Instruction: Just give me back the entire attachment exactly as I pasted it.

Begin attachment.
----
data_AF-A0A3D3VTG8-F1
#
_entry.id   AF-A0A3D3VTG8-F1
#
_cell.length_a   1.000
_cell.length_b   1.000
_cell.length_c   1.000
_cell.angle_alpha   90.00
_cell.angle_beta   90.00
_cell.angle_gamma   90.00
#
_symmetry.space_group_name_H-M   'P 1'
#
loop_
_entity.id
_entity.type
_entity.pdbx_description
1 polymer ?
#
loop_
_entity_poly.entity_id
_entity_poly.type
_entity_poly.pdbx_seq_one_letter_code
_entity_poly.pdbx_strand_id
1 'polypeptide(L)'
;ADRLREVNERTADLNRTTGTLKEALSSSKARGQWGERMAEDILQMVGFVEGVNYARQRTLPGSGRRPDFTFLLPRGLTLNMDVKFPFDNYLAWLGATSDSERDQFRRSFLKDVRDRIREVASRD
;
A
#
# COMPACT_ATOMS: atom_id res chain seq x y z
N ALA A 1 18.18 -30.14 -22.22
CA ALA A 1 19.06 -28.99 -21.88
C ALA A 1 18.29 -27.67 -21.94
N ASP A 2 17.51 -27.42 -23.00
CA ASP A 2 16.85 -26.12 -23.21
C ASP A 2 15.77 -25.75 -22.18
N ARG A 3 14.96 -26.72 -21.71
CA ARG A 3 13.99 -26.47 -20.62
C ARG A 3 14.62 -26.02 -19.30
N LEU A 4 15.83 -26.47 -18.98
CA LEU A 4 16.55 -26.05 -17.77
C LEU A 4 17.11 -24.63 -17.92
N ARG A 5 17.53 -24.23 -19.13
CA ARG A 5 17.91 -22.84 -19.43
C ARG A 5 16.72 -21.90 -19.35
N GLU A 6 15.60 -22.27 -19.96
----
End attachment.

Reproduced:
data_AF-A0A3D3VTG8-F1
#
_entry.id   AF-A0A3D3VTG8-F1
#
_cell.length_a   1.000
_cell.length_b   1.000
_cell.length_c   1.000
_cell.angle_alpha   90.00
_cell.angle_beta   90.00
_cell.angle_gamma   90.00
#
_symmetry.space_group_name_H-M   'P 1'
#
loop_
_entity.id
_entity.type
_entity.pdbx_description
1 polymer ?
#
loop_
_entity_poly.entity_id
_entity_poly.type
_entity_poly.pdbx_seq_one_letter_code
_entity_poly.pdbx_strand_id
1 'polypeptide(L)'
;ADRLREVNERTADLNRTTGTLKEALSSSKARGQWGERMAEDILQMVGFVEGVNYARQRTLPGSGRRPDFTFLLPRGLTLNMDVKFPFDNYLAWLGATSDSERDQFRRSFLKDVRDRIREVASRD
;
A
#
# COMPACT_ATOMS: atom_id res chain seq x y z
N ALA A 1 18.18 -30.14 -22.22
CA ALA A 1 19.06 -28.99 -21.88
C ALA A 1 18.29 -27.67 -21.94
N ASP A 2 17.51 -27.42 -23.00
CA ASP A 2 16.85 -26.12 -23.21
C ASP A 2 15.77 -25.75 -22.18
N ARG A 3 14.96 -26.72 -21.71
CA ARG A 3 13.99 -26.47 -20.62
C ARG A 3 14.62 -26.02 -19.30
N LEU A 4 15.83 -26.47 -18.98
CA LEU A 4 16.55 -26.05 -17.77
C LEU A 4 17.11 -24.63 -17.92
N ARG A 5 17.53 -24.23 -19.13
CA ARG A 5 17.91 -22.84 -19.43
C ARG A 5 16.72 -21.90 -19.35
N GLU A 6 15.60 -22.27 -19.96